A woman tends her flowers in Dapin village, Yuxian county, Shanxi Province. The village used to have 360 residents but now has only 17 old people left. The children work in faraway big cities and rarely return. Photo: CFP
On December 28, Ohio University student Aubrey Ireland obtained a restraining order requiring her overbearing parents to stay at least 150 meters away from her. On the same day, China passed a law requiring adult children visit their aged parents "often," or risk repercussions.
"Listen, if you don't come home to visit us, we will sue you," that was the first text message 25-year-old Aimee Yu got when she returned from her New Year holiday in Macao. It was the first holiday that she had ever not spent with her parents.
"My first reaction was 'What? I need to hire a lawyer,'" Yu told the Global Times. Like many only children, she was required by her parents to call or text them every day, and spend all her holidays either at their home in Shandong Province or welcoming them to Beijing.
This New Year, she decided to go to Macao instead. She believed her parents could wait as the Chinese New Year was the following month.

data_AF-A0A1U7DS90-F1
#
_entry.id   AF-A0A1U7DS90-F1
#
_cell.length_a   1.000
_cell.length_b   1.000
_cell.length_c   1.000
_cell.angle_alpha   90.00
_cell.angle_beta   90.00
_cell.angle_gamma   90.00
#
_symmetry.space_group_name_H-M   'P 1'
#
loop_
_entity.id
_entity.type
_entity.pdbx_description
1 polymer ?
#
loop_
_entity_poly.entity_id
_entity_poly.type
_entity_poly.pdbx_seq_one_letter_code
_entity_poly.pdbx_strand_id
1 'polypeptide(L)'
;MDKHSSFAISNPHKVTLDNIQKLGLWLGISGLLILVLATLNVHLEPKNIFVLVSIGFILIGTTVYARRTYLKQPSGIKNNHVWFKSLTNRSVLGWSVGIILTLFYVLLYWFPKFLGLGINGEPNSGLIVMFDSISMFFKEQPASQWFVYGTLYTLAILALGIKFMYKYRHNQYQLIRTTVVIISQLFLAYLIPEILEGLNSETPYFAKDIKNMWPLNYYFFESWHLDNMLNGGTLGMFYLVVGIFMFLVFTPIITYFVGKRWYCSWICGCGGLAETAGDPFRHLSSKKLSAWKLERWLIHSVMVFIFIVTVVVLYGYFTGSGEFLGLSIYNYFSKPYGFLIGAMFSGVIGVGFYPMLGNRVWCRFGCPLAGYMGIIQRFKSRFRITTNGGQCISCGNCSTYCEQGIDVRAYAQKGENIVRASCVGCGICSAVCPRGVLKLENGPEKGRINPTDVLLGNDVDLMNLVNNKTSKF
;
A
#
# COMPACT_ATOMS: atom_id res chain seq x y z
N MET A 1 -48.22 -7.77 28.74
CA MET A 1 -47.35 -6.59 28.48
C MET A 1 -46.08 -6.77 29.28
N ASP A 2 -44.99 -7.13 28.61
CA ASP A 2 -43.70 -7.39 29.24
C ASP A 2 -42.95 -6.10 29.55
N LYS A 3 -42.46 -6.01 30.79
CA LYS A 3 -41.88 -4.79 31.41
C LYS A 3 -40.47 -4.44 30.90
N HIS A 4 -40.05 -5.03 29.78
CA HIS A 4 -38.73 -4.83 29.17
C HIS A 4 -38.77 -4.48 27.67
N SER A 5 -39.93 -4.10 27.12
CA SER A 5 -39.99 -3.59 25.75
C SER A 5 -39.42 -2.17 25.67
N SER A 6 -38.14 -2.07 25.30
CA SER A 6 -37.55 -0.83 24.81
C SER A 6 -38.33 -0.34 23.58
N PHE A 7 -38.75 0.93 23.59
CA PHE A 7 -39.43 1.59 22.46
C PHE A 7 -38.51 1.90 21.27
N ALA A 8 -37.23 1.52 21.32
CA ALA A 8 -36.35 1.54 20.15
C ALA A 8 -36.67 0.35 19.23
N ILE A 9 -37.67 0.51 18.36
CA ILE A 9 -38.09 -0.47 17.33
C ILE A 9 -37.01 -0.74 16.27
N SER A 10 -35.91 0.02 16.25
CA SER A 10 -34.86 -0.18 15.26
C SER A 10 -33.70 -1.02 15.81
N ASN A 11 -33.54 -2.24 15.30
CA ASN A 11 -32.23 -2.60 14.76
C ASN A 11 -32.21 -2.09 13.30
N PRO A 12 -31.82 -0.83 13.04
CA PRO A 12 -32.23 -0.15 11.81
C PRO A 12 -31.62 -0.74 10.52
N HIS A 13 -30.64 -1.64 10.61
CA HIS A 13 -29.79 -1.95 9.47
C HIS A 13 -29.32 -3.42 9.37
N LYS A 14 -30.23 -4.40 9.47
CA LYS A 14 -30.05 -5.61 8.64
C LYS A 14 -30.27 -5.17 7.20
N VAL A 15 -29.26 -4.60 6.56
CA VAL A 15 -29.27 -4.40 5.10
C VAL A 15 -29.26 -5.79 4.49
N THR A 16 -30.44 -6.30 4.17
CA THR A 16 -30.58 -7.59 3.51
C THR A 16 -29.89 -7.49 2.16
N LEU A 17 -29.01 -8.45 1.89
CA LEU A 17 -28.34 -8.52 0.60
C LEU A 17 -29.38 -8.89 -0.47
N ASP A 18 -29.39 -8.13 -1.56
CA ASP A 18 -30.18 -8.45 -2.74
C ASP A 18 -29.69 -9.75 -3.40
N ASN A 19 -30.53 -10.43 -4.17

The message she got showed how wrong she was. She sees going home as a "sweet burden" but believes "my parents would never really sue me." The prayers of millions of Chinese kids may be with her.
Odd legal move
The amendment to the Law on the Protection of the Rights and Interests of the Elderly is seen as being in response to the increasing difficulty China is facing in caring for its aging population, yet it does not specify how often such visits should happen or the possible punishments.
By the end of 2010, there were over 167 million people aged over 60, 13.26 percent of the total population. This number is set to reach over 200 million this year. Many young people have left home to find jobs in the bigger cities with almost 50 percent of families now "empty nesters," according to official statistics.
However, critics say visiting parents is not an area the law should be concerned with.
"The amendment doesn't have any practical value in real life," Zhao Liangbo, deputy chief lawyer of the JoinWay Law Firm litigation department, told the Global Times, "Visiting home cannot and should not be required by law. Law enforcement would only make the situation worse."